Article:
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Great Nor'Easter of 2023 Enters New England Snowstorm Hall of Fame

Updated: Mar 20, 2023

After a very lackluster winter for snowfall in New England, a storm finally brought decent amounts to the region. And when I say decent, I mean HUGE amounts. This storm has earned a spot in the New England Snowstorm Hall of Fame.

I was admittedly hesitant to buy into the massive snowfall amounts some models were showing leading up to the storm. On my final snowfall map, I simply put 'isolated 18"+' for the highest amounts. I was right, the highest amounts were 18+. They were just more than double 18.

Satellite image of 2023 nor'easter. Photo: NOAA

This storm, which will be named "The Great Nor'Easter of 2023" ramped up Monday night when the storm's two pieces came together. There was an upper level low tracking over the great lakes with a coastal low tracking up the coast. These two energy sources came together, becoming one, powerful storm that rapidly strengthened. When that happened, the flood gates opened.

Eastern areas of New England began the storm with a pounding rain Monday night. Anywhere from 1 to over 2 inches of rain fell across eastern Massachusetts and southeastern New Hampshire. Western areas began in the snow, and those areas got slammed. The rain/snow line would drop south and east throughout the day Tuesday, until just about all of New England was in the intense snow by mid afternoon.

Stratton, Vermont. Photo: Chris Walker

The snow was intense. As expected with a rapidly strengthening nor'easter, snowfall rates were well over an inch an hour in many places. Bands of 2 to 4 inch an hour rates were persistent across western and central New England. A high pressure system slowed the storm down to a crawl, leading to a rather long duration event.

Snow showers kicked off around mid afternoon Monday and did not shut down completely until early Wednesday morning. The areas that started as snow and stayed snow the entire time saw snowfall for about 36 hours. This allowed for some monster numbers.

The highest confirmed snow total in New England was a massive 42 inches. This was measured in Readsboro, Vermont. In all, a dozen communities confirmed at least 30 inches. A majority of this fell from mid morning Tuesday through Tuesday evening. The snowfall was relentless, snow piled up much faster than it could be moved for upwards of eight hours.

Tree damage in New Hampshire. Photo: Unitil Electric

Being mid-March, the temperatures were marginal during the storm. This led to very heavy, wet snow. 20 to 30 plus inches of this kind of snow caused widespread tree damage and power outages. Thousands of branches and even full trees came crashing down, taking out power lines on their way down. At its peak, just over 215,000 New Englanders were without power. The outages in some areas dragged on for days.

This heavy, wet snow also caused major problems for cleanup. Trying to shovel and clear two feet or more of this slop is no easy task. In areas where rain fell, the snow was more slush. In southeast New Hampshire, the already wet snow fell on an inch of rain, creating quite a mess.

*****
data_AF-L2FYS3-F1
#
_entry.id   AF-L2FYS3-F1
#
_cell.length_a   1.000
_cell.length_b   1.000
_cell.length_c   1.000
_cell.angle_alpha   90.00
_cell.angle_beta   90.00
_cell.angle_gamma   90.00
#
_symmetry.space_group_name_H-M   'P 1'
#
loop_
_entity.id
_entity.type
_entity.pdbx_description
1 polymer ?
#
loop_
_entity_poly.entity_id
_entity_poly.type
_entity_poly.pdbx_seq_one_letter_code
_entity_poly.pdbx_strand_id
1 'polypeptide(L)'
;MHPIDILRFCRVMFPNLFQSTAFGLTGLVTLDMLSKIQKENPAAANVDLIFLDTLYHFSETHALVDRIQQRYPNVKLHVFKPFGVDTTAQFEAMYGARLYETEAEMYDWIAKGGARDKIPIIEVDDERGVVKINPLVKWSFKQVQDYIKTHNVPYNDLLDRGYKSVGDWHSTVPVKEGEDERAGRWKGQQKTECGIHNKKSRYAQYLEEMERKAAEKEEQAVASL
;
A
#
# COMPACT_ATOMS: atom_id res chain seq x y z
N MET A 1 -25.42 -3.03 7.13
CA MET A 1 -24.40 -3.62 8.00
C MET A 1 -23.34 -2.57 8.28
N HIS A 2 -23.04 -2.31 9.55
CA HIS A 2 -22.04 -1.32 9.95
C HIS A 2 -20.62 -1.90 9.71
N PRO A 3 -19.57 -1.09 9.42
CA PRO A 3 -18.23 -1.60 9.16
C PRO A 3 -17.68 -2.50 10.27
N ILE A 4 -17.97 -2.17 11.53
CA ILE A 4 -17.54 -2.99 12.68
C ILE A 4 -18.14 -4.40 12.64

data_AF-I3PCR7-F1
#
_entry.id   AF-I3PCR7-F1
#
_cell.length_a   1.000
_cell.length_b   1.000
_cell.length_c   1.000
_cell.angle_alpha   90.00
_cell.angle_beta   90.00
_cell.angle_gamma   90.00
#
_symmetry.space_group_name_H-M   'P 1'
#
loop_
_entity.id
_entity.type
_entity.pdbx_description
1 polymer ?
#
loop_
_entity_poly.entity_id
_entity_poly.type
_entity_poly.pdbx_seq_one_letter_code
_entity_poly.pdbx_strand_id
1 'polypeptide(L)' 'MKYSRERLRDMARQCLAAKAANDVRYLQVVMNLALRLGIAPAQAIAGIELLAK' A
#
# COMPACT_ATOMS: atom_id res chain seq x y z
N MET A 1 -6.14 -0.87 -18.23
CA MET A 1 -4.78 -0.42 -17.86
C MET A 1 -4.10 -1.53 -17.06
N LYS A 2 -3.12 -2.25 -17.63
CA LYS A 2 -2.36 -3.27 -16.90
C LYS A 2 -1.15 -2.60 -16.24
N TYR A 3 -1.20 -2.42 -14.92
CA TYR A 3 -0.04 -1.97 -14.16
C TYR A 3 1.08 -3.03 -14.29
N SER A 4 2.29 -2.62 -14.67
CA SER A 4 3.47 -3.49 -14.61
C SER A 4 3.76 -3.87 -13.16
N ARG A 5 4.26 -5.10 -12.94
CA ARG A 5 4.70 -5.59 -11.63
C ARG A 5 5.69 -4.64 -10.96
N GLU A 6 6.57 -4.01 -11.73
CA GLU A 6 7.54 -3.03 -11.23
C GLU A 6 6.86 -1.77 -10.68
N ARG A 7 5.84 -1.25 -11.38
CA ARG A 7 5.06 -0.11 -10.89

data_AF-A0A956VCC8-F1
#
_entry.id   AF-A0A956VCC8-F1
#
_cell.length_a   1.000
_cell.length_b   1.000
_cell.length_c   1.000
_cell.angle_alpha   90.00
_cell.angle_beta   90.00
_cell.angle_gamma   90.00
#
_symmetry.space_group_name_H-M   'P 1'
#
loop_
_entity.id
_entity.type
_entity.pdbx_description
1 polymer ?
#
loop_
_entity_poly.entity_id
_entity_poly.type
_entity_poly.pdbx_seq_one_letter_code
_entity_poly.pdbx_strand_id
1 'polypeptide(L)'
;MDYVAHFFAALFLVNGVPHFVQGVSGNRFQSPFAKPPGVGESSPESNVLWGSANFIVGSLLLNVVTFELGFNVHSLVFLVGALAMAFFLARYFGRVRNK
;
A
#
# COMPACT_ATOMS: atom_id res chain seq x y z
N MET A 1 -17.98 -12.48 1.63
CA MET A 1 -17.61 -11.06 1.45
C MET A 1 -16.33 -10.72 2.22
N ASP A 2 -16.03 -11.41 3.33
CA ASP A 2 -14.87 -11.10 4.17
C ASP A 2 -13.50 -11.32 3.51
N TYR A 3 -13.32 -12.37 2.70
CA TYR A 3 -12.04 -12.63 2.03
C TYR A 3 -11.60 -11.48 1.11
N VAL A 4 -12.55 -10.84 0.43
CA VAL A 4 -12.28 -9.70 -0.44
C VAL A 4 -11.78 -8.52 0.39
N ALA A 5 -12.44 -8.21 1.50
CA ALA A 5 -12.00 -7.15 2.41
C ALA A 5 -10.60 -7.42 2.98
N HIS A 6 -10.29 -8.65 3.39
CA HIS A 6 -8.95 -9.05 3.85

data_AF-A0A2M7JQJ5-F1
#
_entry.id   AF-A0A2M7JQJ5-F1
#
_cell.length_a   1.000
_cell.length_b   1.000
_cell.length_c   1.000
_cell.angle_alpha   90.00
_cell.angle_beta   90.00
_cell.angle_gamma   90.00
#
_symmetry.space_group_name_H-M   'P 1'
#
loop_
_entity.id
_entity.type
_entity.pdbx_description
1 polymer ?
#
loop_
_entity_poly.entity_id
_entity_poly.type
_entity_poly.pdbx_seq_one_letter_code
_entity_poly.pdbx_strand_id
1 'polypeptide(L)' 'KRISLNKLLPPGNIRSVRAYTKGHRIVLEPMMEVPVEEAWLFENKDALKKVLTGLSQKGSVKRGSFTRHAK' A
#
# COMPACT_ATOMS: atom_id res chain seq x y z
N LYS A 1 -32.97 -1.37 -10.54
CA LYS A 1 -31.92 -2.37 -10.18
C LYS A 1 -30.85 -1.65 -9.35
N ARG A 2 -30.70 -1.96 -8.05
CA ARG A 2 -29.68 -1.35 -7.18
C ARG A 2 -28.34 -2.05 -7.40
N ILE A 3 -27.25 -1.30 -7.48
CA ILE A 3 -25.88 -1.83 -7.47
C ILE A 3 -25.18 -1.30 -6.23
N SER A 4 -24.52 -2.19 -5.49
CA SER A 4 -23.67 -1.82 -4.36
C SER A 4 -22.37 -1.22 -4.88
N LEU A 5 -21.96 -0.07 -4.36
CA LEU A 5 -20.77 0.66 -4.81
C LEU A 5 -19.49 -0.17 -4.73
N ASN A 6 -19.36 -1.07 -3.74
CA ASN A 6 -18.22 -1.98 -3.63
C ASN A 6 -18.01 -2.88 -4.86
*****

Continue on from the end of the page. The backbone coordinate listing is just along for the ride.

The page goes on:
This storm also brought intense winds and some coastal flooding. The gusty winds across the region exacerbated the power problems and caused even more tree damage. The highest wind gust confirmed approached hurricane force, 71mph in Maine.

The one break with this storm was the fact that tides were not astronomically high, so coastal flooding was not nearly as bad as it could have been. Still, the long duration storm caused minor flooding and splashover during three straight high tide cycles.

This storm has cracked the top three snowfalls in the New England Snowstorm Hall of Fame. This storm has become the ninth snowstorm in the hall to drop at least three feet. This storm is the fifth to drop at least 40 inches. The other four storms in this club are The Great White Hurricane (50"), The Great Nor'Easter of 2020 (48") and the blizzards of 2013 and 1978 (40").

It had been 407 days since the last hall of fame-worthy snowstorm. The most recent inductee to the hall prior to this storm was the Blizzard of 2022 which occurred on January 28-30, 2022, which dropped 31 inches. Whether or not this storm will be inducted into the American Snowstorm Hall of Fame remains to be decided.

New England Snowstorm Hall of Fame Top 10 (by maximum confirmed snowfall):

Storm Name

Maximum Snowfall


Jackpot Zone


The Great White Hurricane


March 11-14, 1888

Southern VT Western MA, CT


The Great Nor'Easter of 2020


December 16-17, 2019

Western NH


The Great Nor'Easter of 2023


March 13-15, 2023

Central MA Southwest NH Southern VT


Blizzard 2013


February 8-9, 2013

Central CT


Blizzard of 1978


February 5-7, 1978

Southeast MA, RI


Blizzard of 2005


January 22-23 2005

Eastern MA, NH Western ME


The 50 Hour Storm


December 1-3, 2019

South Central NH


Blizzard of 2015


January 26-27 2015

Eastern MA, NH Western ME


Valentine's Day Blizzard


February 14, 2007



April Fools' Day Blizzard


April 1, 1997

Eastern, Central MA



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